Tom Campbell cancelled his television ads on Wednesday and his Republican opponents are spinning it as a collapse.
"It's a very tough economy and no candidate has been able to raise the money that they'd planned," says Campbell.
Campbell admits he had to cut back on advertising until he can raise the money to pay for it.
"Indeed, I'm a fiscal conservative in my own campaign as well as in public service," says Campbell.
He's smiling about it, but political analysts, such as Henry Brady, Ph.D., the dean of UC Berkeley's Goldman School, will tell you it is no joke to go dark in the last week of a campaign.
"When you stop putting money into advertising a week before the election, clearly either "A" you've run out of money or "B" you don't think you're going to win and maybe a combination of the two," says Brady.
That is certainly the way Campbell's Republican opponents are pitching it.
"Well I think it shows that Tom Campbell is continuing his collapse and in all likelihood is going to end up finishing in third place," says Senate candidate Chuck DeVore.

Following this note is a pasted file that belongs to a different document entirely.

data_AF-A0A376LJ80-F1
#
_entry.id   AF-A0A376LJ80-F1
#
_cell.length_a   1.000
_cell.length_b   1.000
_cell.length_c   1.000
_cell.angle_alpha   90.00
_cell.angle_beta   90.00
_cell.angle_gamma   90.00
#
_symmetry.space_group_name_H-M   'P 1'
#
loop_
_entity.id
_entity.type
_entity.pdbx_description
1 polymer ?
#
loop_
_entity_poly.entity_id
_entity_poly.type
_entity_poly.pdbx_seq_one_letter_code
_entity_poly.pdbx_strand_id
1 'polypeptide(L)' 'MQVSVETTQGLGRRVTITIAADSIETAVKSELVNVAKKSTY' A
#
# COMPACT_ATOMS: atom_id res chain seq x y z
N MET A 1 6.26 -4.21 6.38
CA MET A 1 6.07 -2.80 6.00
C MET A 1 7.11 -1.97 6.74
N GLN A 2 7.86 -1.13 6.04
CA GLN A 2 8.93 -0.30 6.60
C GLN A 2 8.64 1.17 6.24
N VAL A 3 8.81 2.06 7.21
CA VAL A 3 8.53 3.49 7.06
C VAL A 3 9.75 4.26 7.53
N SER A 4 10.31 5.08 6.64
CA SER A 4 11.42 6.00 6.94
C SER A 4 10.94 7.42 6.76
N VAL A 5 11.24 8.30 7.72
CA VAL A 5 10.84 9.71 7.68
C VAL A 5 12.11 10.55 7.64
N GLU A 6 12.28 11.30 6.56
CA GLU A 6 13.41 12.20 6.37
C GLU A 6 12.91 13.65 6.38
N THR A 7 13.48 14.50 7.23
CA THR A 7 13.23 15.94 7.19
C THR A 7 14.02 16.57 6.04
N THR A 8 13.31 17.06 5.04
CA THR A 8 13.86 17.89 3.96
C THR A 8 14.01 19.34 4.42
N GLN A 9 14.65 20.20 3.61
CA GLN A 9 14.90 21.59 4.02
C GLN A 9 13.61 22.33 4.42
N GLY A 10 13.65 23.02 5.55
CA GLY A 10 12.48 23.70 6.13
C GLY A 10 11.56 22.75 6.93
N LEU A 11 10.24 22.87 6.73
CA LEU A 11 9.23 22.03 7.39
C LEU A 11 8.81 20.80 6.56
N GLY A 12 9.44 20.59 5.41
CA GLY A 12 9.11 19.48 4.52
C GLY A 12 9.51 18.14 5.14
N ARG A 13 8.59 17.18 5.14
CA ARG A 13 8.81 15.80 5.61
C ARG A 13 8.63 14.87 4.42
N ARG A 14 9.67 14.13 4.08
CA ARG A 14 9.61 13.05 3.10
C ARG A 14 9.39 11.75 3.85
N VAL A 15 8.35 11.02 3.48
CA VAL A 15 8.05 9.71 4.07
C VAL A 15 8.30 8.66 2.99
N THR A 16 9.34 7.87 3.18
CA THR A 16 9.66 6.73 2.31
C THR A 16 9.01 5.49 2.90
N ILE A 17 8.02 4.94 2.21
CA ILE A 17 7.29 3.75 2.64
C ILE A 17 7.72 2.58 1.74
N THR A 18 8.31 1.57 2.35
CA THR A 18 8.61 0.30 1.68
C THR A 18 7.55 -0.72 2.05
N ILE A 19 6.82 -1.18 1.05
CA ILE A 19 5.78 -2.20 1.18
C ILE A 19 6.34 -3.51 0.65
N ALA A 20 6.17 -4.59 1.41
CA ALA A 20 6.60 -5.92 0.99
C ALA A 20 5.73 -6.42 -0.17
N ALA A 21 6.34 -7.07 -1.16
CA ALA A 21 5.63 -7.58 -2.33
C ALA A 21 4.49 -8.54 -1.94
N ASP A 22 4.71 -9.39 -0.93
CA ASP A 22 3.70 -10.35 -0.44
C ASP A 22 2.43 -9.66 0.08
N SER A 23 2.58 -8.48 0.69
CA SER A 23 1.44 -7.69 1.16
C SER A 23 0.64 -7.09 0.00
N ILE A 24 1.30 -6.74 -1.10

"He has been unable to inspire the donor base which is why he doesn't have the resources he thought he would have heading into this final stretch," says Carly Fiorina campaign spokeswoman Julie Soderlund.
But in fact campaign records show since January, all three Republican contenders have inspired the donor base pretty equally. The big difference is Carly Fiorina has kicked in another $5.5 million of her own and on Wednesday, Fiorina launched a new television ad.
As of Tuesday, 1.4 million Republican ballots have been turned in statewide, but another 3.7 million are expected between now and Election Day, and the polls do show a large number of voters still undecided.
"It's conceivable that in the last week people might learn some bits of information that might change their minds, but that's going to be very hard if Campbell doesn't have any TV advertising out there and if he's just getting battered by Fiorina advertising," says Brady.
Campbell says that's not going to happen. Wednesday afternoon he told ABC7 he is going back on the air as early as Thursday.
"We've been careful to plan how we can spend our funds and as we raise the funds to accumulate them so that we have an effect and that's what you're going to see in the last days," says Campbell.
On Wednesday night, Campbell was attending a fundraiser in San Francisco and is promising a big TV push in the final days of this campaign in the Republican nomination.